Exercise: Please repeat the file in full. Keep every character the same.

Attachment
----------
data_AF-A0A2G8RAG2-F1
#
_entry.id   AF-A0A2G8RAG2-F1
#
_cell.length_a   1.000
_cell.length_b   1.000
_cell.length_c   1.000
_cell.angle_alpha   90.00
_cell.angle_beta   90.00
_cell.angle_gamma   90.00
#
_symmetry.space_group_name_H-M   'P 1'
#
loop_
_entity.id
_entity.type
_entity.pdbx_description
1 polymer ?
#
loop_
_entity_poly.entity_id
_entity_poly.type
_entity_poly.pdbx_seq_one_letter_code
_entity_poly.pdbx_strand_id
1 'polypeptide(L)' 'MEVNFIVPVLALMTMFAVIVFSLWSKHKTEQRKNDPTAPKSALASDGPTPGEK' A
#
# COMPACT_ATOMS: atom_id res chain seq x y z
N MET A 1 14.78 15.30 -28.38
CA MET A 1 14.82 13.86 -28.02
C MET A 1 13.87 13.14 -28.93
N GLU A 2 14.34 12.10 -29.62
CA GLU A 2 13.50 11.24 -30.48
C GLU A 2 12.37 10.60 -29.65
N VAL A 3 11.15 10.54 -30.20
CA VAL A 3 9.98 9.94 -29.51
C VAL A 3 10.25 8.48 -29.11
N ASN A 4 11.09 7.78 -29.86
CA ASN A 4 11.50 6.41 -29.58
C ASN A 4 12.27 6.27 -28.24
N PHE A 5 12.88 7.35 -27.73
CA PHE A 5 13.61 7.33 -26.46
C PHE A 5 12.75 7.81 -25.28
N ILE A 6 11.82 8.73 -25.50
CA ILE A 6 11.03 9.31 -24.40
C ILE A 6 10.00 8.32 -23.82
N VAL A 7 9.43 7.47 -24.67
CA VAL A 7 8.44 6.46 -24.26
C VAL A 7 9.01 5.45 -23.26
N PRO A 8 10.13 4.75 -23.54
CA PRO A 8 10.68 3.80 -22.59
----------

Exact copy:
data_AF-A0A2G8RAG2-F1
#
_entry.id   AF-A0A2G8RAG2-F1
#
_cell.length_a   1.000
_cell.length_b   1.000
_cell.length_c   1.000
_cell.angle_alpha   90.00
_cell.angle_beta   90.00
_cell.angle_gamma   90.00
#
_symmetry.space_group_name_H-M   'P 1'
#
loop_
_entity.id
_entity.type
_entity.pdbx_description
1 polymer ?
#
loop_
_entity_poly.entity_id
_entity_poly.type
_entity_poly.pdbx_seq_one_letter_code
_entity_poly.pdbx_strand_id
1 'polypeptide(L)' 'MEVNFIVPVLALMTMFAVIVFSLWSKHKTEQRKNDPTAPKSALASDGPTPGEK' A
#
# COMPACT_ATOMS: atom_id res chain seq x y z
N MET A 1 14.78 15.30 -28.38
CA MET A 1 14.82 13.86 -28.02
C MET A 1 13.87 13.14 -28.93
N GLU A 2 14.34 12.10 -29.62
CA GLU A 2 13.50 11.24 -30.48
C GLU A 2 12.37 10.60 -29.65
N VAL A 3 11.15 10.54 -30.20
CA VAL A 3 9.98 9.94 -29.51
C VAL A 3 10.25 8.48 -29.11
N ASN A 4 11.09 7.78 -29.86
CA ASN A 4 11.50 6.41 -29.58
C ASN A 4 12.27 6.27 -28.24
N PHE A 5 12.88 7.35 -27.73
CA PHE A 5 13.61 7.33 -26.46
C PHE A 5 12.75 7.81 -25.28
N ILE A 6 11.82 8.73 -25.50
CA ILE A 6 11.03 9.31 -24.40
C ILE A 6 10.00 8.32 -23.82
N VAL A 7 9.43 7.47 -24.67
CA VAL A 7 8.44 6.46 -24.26
C VAL A 7 9.01 5.45 -23.26
N PRO A 8 10.13 4.75 -23.54
CA PRO A 8 10.68 3.80 -22.59